As for Annie Bellet’s tweets, I did not see them as singling out any of the 20Booksto50K finalists as unworthy. And though Annie Bellet’s tweets were sweary, I saw them as being directed at the slaters and not the slatees, because Annie Bellet after all knows what it’s like to be slated without your knowledge and against your will, though it’s understandable if any of the slatees read that differently. I also have sympathy for Yudhanjaya Wijeratne (and R.R. Virdi, for that matter), since it seems that they did not know why the 20Booksto50K not-a-slate was problematic. However, Wijeratne did not react well to Annie Bellet’s tweets, though he isn’t the worst behaved author in this kerfuffle by a mile. Never mind that six of the seven authors from the 20Booksto50K not-a-slate are Americans and five are white (and several of the other Nebula finalists are writers of colour and/or international writers), so you really can’t say that Wijeratne was singled out for racist reasons.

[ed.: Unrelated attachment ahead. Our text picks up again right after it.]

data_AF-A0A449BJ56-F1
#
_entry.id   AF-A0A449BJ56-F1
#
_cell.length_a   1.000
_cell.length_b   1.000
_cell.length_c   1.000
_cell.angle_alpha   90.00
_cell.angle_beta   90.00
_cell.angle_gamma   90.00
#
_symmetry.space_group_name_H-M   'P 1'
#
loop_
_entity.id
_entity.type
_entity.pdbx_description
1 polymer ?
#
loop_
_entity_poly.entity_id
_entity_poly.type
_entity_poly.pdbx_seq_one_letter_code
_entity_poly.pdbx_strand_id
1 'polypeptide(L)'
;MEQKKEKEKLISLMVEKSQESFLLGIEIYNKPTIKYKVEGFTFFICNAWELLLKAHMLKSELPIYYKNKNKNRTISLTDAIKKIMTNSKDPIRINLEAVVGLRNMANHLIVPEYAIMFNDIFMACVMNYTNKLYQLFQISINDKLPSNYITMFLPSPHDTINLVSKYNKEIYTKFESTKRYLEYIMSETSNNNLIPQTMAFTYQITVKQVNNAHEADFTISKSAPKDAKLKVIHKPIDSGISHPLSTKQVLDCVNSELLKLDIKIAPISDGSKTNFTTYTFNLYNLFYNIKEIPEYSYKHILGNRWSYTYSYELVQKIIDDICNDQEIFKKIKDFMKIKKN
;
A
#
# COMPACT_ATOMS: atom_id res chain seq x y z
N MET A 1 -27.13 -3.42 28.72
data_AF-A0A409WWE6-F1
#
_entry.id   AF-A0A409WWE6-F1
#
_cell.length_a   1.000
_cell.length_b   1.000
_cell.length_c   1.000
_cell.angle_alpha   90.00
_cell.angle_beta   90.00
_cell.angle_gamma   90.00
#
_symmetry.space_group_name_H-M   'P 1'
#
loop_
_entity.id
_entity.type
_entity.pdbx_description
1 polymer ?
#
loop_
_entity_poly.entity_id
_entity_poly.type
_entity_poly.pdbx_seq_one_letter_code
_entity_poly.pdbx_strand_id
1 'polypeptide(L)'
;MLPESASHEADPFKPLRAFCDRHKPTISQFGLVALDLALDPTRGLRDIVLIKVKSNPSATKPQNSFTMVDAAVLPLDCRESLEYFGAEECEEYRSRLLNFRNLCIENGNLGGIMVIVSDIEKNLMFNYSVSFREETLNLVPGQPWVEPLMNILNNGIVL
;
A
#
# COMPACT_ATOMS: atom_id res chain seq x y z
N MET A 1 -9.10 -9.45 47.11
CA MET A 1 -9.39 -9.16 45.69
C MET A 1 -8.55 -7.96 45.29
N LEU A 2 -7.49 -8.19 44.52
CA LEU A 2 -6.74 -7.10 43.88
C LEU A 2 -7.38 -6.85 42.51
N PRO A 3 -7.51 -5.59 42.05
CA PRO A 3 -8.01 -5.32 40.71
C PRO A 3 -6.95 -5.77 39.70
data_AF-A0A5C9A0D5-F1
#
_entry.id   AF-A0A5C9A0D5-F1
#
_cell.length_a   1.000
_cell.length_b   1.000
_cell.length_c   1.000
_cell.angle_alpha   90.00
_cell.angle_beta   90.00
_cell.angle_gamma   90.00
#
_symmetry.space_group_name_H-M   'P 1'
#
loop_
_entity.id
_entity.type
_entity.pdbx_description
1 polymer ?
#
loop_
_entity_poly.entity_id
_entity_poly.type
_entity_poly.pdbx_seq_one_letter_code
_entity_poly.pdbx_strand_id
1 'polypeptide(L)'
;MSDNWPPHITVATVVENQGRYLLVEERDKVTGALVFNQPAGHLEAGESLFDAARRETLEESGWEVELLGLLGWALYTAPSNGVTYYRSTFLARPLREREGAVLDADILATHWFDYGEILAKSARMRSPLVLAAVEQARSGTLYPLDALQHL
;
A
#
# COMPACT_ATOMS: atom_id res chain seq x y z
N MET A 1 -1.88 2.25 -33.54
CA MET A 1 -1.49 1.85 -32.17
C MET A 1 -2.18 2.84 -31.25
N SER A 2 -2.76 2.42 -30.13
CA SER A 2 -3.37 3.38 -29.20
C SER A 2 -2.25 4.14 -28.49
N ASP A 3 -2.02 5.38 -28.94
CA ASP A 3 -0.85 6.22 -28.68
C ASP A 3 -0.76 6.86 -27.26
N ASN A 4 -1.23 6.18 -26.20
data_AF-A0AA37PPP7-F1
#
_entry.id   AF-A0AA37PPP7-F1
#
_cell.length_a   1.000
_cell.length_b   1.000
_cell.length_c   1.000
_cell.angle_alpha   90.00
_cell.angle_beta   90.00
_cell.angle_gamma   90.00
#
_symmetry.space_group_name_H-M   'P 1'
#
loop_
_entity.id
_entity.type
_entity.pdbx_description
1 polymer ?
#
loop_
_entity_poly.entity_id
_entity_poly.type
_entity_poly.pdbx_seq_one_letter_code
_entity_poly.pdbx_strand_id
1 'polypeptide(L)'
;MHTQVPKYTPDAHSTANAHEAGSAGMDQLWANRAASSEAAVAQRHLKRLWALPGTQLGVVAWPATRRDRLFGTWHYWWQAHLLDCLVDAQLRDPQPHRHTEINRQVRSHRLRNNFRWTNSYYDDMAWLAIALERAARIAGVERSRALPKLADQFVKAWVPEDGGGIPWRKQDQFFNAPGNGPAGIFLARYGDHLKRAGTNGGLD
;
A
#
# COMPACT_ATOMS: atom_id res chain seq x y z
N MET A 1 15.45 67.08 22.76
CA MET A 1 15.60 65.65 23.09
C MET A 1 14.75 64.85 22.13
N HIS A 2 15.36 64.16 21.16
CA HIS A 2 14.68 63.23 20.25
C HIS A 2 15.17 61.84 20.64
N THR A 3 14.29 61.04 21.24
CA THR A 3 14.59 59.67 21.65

ETA4: Brad Torgersen (remember him?) feels compelled to weigh in and present his version of the Sad Puppy saga in the comments of Yudhanjaya Wijeratne’s post as well as on his own blog (Archive link). According to Torgersen’s latest version of the Sad Puppy saga, it was now all about plucky upstart indies trying to stick it to the traditionally published establishment. Torgersen also really cares about the plight of international authors, which he certainly never did before (and indeed, the Sad and Rabid Puppies kept several international authors off the ballot in 2015). Torgersen also seems to assume that everybody who opposed the Sad and Rabid Puppies was American and traditionally published, even though plenty of Non-Americans and indie authors spoke out against them. There are also some Nineteen Eighty-Four comparisons, which as Camestros Felapton points out, is kind of ironic for someone so intent on rewriting history as Brad Torgersen.